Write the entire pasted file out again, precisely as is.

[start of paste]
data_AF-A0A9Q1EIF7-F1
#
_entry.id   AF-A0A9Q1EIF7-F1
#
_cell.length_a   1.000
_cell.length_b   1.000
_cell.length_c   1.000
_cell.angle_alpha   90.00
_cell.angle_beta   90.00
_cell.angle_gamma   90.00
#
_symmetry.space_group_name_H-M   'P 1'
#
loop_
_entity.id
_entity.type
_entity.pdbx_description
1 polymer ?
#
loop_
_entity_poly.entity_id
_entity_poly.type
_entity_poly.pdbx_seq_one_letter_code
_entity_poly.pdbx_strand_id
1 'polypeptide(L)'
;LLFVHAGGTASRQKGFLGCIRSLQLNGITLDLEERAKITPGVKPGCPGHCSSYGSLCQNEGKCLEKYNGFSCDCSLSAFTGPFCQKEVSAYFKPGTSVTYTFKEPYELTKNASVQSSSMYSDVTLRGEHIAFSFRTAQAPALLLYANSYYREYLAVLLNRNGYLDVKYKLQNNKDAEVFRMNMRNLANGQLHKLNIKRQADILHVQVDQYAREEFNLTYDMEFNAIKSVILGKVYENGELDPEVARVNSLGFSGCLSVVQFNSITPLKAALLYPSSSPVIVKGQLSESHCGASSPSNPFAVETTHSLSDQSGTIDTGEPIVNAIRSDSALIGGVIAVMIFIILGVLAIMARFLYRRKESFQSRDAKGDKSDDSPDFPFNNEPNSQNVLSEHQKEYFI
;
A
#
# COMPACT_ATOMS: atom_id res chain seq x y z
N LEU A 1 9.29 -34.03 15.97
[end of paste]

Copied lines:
data_AF-A0A9Q1EIF7-F1
#
_entry.id   AF-A0A9Q1EIF7-F1
#
_cell.length_a   1.000
_cell.length_b   1.000
_cell.length_c   1.000
_cell.angle_alpha   90.00
_cell.angle_beta   90.00
_cell.angle_gamma   90.00
#
_symmetry.space_group_name_H-M   'P 1'
#
loop_
_entity.id
_entity.type
_entity.pdbx_description
1 polymer ?
#
loop_
_entity_poly.entity_id
_entity_poly.type
_entity_poly.pdbx_seq_one_letter_code
_entity_poly.pdbx_strand_id
1 'polypeptide(L)'
;LLFVHAGGTASRQKGFLGCIRSLQLNGITLDLEERAKITPGVKPGCPGHCSSYGSLCQNEGKCLEKYNGFSCDCSLSAFTGPFCQKEVSAYFKPGTSVTYTFKEPYELTKNASVQSSSMYSDVTLRGEHIAFSFRTAQAPALLLYANSYYREYLAVLLNRNGYLDVKYKLQNNKDAEVFRMNMRNLANGQLHKLNIKRQADILHVQVDQYAREEFNLTYDMEFNAIKSVILGKVYENGELDPEVARVNSLGFSGCLSVVQFNSITPLKAALLYPSSSPVIVKGQLSESHCGASSPSNPFAVETTHSLSDQSGTIDTGEPIVNAIRSDSALIGGVIAVMIFIILGVLAIMARFLYRRKESFQSRDAKGDKSDDSPDFPFNNEPNSQNVLSEHQKEYFI
;
A
#
# COMPACT_ATOMS: atom_id res chain seq x y z
N LEU A 1 9.29 -34.03 15.97